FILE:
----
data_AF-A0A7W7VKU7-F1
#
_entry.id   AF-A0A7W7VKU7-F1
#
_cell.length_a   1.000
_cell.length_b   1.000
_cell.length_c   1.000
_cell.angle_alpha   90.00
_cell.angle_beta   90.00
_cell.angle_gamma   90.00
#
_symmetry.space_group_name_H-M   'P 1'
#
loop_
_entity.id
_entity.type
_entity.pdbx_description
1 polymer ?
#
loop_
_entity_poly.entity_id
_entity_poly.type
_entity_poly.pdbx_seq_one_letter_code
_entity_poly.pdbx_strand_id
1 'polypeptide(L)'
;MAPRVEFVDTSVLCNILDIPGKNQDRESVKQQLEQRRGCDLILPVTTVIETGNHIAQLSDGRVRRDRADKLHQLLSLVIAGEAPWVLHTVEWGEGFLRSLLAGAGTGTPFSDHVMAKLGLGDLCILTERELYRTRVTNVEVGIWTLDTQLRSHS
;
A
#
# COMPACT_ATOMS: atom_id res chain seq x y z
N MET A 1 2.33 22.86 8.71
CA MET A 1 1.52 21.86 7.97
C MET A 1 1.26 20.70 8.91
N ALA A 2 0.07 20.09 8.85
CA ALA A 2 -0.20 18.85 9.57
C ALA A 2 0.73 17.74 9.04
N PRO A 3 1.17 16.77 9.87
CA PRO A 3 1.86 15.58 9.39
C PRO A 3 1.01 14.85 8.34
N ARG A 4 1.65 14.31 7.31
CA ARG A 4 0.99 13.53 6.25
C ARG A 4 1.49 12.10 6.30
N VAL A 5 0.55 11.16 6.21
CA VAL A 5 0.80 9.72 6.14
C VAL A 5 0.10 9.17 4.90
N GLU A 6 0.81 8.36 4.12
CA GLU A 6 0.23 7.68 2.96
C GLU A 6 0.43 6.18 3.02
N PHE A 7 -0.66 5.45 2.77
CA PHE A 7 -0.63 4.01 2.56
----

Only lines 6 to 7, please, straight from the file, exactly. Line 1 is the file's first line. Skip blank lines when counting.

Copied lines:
_cell.length_b   1.000
_cell.length_c   1.000